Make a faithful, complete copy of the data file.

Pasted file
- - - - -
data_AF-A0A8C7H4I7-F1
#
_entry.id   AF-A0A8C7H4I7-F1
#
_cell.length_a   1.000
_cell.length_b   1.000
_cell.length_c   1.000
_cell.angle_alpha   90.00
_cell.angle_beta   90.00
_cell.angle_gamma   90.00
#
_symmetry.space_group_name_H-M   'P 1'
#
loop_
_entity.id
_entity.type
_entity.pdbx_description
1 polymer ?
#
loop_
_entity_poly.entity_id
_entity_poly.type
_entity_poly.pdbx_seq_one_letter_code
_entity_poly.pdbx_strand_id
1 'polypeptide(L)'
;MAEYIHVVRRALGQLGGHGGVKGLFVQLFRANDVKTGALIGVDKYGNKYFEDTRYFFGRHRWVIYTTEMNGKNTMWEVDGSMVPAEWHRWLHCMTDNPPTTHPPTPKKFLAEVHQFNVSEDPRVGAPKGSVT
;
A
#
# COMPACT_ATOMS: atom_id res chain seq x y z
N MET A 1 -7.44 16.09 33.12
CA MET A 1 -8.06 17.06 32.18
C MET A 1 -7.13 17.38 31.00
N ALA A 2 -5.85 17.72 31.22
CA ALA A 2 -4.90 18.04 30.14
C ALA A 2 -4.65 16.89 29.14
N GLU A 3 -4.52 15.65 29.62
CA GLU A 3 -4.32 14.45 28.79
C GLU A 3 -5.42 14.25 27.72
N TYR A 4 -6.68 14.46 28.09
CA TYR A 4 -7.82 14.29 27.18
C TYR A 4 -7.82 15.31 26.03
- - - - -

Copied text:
data_AF-A0A8C7H4I7-F1
#
_entry.id   AF-A0A8C7H4I7-F1
#
_cell.length_a   1.000
_cell.length_b   1.000
_cell.length_c   1.000
_cell.angle_alpha   90.00
_cell.angle_beta   90.00
_cell.angle_gamma   90.00
#
_symmetry.space_group_name_H-M   'P 1'
#
loop_
_entity.id
_entity.type
_entity.pdbx_description
1 polymer ?
#
loop_
_entity_poly.entity_id
_entity_poly.type
_entity_poly.pdbx_seq_one_letter_code
_entity_poly.pdbx_strand_id
1 'polypeptide(L)'
;MAEYIHVVRRALGQLGGHGGVKGLFVQLFRANDVKTGALIGVDKYGNKYFEDTRYFFGRHRWVIYTTEMNGKNTMWEVDGSMVPAEWHRWLHCMTDNPPTTHPPTPKKFLAEVHQFNVSEDPRVGAPKGSVT
;
A
#
# COMPACT_ATOMS: atom_id res chain seq x y z
N MET A 1 -7.44 16.09 33.12
CA MET A 1 -8.06 17.06 32.18
C MET A 1 -7.13 17.38 31.00
N ALA A 2 -5.85 17.72 31.22
CA ALA A 2 -4.90 18.04 30.14
C ALA A 2 -4.65 16.89 29.14
N GLU A 3 -4.52 15.65 29.62
CA GLU A 3 -4.32 14.45 28.79
C GLU A 3 -5.42 14.25 27.72
N TYR A 4 -6.68 14.46 28.09
CA TYR A 4 -7.82 14.29 27.18
C TYR A 4 -7.82 15.31 26.03